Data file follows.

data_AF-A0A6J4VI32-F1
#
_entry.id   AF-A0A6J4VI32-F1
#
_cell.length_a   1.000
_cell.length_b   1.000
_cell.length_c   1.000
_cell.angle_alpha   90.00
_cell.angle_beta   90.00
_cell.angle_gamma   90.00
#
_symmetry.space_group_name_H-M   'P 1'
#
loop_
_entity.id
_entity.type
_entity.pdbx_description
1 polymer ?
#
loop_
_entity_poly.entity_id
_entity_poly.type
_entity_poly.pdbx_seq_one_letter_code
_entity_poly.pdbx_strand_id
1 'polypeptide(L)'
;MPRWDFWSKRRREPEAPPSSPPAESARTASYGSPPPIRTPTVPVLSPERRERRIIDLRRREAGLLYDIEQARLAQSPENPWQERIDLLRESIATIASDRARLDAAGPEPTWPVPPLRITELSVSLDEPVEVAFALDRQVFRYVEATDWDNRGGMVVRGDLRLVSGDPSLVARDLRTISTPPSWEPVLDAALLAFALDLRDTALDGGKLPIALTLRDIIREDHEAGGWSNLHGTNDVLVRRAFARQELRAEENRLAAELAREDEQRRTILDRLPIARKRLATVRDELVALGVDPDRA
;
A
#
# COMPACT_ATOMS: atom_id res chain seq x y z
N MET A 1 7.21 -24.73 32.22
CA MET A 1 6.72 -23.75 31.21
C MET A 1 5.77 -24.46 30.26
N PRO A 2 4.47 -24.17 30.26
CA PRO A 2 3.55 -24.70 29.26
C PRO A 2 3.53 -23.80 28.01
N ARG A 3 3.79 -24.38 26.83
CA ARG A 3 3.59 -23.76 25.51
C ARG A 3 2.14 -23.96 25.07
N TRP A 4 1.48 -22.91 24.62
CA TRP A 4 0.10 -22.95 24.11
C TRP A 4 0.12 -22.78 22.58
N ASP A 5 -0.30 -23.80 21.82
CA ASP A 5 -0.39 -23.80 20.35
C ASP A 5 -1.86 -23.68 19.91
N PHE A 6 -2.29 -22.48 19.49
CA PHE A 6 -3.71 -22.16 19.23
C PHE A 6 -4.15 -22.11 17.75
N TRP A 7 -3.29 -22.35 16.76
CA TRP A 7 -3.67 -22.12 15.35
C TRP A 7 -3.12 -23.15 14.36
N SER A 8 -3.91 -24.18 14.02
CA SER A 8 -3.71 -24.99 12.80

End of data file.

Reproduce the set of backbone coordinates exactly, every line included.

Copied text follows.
data_AF-A0A6J4VI32-F1
#
_entry.id   AF-A0A6J4VI32-F1
#
_cell.length_a   1.000
_cell.length_b   1.000
_cell.length_c   1.000
_cell.angle_alpha   90.00
_cell.angle_beta   90.00
_cell.angle_gamma   90.00
#
_symmetry.space_group_name_H-M   'P 1'
#
loop_
_entity.id
_entity.type
_entity.pdbx_description
1 polymer ?
#
loop_
_entity_poly.entity_id
_entity_poly.type
_entity_poly.pdbx_seq_one_letter_code
_entity_poly.pdbx_strand_id
1 'polypeptide(L)'
;MPRWDFWSKRRREPEAPPSSPPAESARTASYGSPPPIRTPTVPVLSPERRERRIIDLRRREAGLLYDIEQARLAQSPENPWQERIDLLRESIATIASDRARLDAAGPEPTWPVPPLRITELSVSLDEPVEVAFALDRQVFRYVEATDWDNRGGMVVRGDLRLVSGDPSLVARDLRTISTPPSWEPVLDAALLAFALDLRDTALDGGKLPIALTLRDIIREDHEAGGWSNLHGTNDVLVRRAFARQELRAEENRLAAELAREDEQRRTILDRLPIARKRLATVRDELVALGVDPDRA
;
A
#
# COMPACT_ATOMS: atom_id res chain seq x y z
N MET A 1 7.21 -24.73 32.22
CA MET A 1 6.72 -23.75 31.21
C MET A 1 5.77 -24.46 30.26
N PRO A 2 4.47 -24.17 30.26
CA PRO A 2 3.55 -24.70 29.26
C PRO A 2 3.53 -23.80 28.01
N ARG A 3 3.79 -24.38 26.83
CA ARG A 3 3.59 -23.76 25.51
C ARG A 3 2.14 -23.96 25.07
N TRP A 4 1.48 -22.91 24.62
CA TRP A 4 0.10 -22.95 24.11
C TRP A 4 0.12 -22.78 22.58
N ASP A 5 -0.30 -23.80 21.82
CA ASP A 5 -0.39 -23.80 20.35
C ASP A 5 -1.86 -23.68 19.91
N PHE A 6 -2.29 -22.48 19.49
CA PHE A 6 -3.71 -22.16 19.23
C PHE A 6 -4.15 -22.11 17.75
N TRP A 7 -3.29 -22.35 16.76
CA TRP A 7 -3.67 -22.12 15.35
C TRP A 7 -3.12 -23.15 14.36
N SER A 8 -3.91 -24.18 14.02
CA SER A 8 -3.71 -24.99 12.80